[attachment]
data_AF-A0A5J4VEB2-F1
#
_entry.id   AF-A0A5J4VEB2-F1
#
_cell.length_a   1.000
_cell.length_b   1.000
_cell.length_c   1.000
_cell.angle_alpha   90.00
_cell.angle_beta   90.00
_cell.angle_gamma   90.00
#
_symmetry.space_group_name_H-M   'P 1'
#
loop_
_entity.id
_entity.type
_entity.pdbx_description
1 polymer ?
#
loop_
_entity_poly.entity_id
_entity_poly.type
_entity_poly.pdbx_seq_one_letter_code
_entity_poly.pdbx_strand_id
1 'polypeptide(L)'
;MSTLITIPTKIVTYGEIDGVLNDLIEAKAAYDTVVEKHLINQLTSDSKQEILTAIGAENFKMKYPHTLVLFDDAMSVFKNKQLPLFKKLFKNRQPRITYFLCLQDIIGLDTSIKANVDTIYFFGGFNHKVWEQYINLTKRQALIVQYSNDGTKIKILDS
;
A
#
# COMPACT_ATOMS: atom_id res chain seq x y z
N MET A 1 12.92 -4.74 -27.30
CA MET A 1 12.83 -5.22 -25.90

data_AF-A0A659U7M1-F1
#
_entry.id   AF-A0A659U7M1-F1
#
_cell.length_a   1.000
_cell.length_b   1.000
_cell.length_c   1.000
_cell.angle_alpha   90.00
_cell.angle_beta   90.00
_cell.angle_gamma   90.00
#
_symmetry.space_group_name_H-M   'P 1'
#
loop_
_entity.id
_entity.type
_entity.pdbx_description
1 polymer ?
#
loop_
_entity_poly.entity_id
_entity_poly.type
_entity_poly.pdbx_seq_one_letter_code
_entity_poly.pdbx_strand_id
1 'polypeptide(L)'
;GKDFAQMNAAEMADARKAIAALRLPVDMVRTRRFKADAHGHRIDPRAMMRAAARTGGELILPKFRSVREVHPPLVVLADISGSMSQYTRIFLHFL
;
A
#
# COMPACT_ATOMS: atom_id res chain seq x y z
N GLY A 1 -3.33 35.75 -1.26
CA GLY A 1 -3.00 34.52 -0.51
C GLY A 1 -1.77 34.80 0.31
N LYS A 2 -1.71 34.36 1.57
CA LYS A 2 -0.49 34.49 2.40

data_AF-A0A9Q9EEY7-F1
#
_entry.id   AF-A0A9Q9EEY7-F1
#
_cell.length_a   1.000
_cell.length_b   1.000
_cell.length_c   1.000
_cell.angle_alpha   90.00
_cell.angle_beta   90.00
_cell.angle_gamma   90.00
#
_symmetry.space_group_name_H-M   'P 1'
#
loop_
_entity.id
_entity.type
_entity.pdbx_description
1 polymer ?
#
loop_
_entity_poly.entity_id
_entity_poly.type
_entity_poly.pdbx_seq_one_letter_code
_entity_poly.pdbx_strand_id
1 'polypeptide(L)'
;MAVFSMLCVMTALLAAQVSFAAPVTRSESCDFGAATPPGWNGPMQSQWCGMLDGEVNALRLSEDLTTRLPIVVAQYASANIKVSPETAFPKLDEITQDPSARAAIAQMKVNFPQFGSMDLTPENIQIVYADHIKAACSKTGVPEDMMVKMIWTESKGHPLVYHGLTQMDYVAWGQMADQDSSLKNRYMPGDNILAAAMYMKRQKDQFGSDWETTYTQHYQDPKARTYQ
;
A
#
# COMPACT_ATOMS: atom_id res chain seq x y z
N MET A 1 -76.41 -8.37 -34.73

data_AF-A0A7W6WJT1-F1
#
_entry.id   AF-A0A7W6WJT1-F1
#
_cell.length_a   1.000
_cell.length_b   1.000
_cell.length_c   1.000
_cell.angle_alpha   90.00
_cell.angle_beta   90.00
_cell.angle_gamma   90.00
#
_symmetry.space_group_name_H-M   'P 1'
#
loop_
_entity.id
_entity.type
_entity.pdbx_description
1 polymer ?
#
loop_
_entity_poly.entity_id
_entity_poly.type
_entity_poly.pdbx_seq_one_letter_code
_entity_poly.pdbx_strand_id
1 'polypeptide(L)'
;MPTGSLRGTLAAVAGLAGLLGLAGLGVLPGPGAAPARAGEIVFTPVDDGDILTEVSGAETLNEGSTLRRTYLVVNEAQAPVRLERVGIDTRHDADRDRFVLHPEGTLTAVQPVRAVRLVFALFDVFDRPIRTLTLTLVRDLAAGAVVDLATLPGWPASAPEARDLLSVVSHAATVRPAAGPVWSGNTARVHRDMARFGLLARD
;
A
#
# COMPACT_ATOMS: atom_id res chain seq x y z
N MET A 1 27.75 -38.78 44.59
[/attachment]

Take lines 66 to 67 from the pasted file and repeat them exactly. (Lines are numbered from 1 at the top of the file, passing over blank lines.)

N LYS A 2 -1.71 34.36 1.57
CA LYS A 2 -0.49 34.49 2.40